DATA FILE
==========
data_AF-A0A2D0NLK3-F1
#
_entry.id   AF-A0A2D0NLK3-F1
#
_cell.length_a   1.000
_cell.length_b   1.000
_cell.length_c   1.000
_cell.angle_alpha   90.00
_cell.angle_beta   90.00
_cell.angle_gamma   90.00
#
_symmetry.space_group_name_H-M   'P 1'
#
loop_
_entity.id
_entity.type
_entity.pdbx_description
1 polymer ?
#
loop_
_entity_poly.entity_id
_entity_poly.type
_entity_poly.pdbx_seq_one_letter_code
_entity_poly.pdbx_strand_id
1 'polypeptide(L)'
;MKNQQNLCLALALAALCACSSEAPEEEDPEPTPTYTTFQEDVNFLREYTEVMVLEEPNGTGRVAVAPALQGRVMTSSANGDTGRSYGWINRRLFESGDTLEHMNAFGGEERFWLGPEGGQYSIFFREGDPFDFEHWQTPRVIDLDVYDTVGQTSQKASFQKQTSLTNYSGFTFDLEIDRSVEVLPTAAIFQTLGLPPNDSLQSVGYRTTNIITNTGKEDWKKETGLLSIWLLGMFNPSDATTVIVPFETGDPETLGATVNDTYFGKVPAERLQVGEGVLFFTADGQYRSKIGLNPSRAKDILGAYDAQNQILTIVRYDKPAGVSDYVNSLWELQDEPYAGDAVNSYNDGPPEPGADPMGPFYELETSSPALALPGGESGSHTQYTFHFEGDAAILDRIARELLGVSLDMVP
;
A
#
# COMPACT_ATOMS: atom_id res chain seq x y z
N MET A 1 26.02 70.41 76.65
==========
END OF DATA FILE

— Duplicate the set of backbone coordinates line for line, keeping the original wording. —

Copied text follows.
data_AF-A0A2D0NLK3-F1
#
_entry.id   AF-A0A2D0NLK3-F1
#
_cell.length_a   1.000
_cell.length_b   1.000
_cell.length_c   1.000
_cell.angle_alpha   90.00
_cell.angle_beta   90.00
_cell.angle_gamma   90.00
#
_symmetry.space_group_name_H-M   'P 1'
#
loop_
_entity.id
_entity.type
_entity.pdbx_description
1 polymer ?
#
loop_
_entity_poly.entity_id
_entity_poly.type
_entity_poly.pdbx_seq_one_letter_code
_entity_poly.pdbx_strand_id
1 'polypeptide(L)'
;MKNQQNLCLALALAALCACSSEAPEEEDPEPTPTYTTFQEDVNFLREYTEVMVLEEPNGTGRVAVAPALQGRVMTSSANGDTGRSYGWINRRLFESGDTLEHMNAFGGEERFWLGPEGGQYSIFFREGDPFDFEHWQTPRVIDLDVYDTVGQTSQKASFQKQTSLTNYSGFTFDLEIDRSVEVLPTAAIFQTLGLPPNDSLQSVGYRTTNIITNTGKEDWKKETGLLSIWLLGMFNPSDATTVIVPFETGDPETLGATVNDTYFGKVPAERLQVGEGVLFFTADGQYRSKIGLNPSRAKDILGAYDAQNQILTIVRYDKPAGVSDYVNSLWELQDEPYAGDAVNSYNDGPPEPGADPMGPFYELETSSPALALPGGESGSHTQYTFHFEGDAAILDRIARELLGVSLDMVP
;
A
#
# COMPACT_ATOMS: atom_id res chain seq x y z
N MET A 1 26.02 70.41 76.65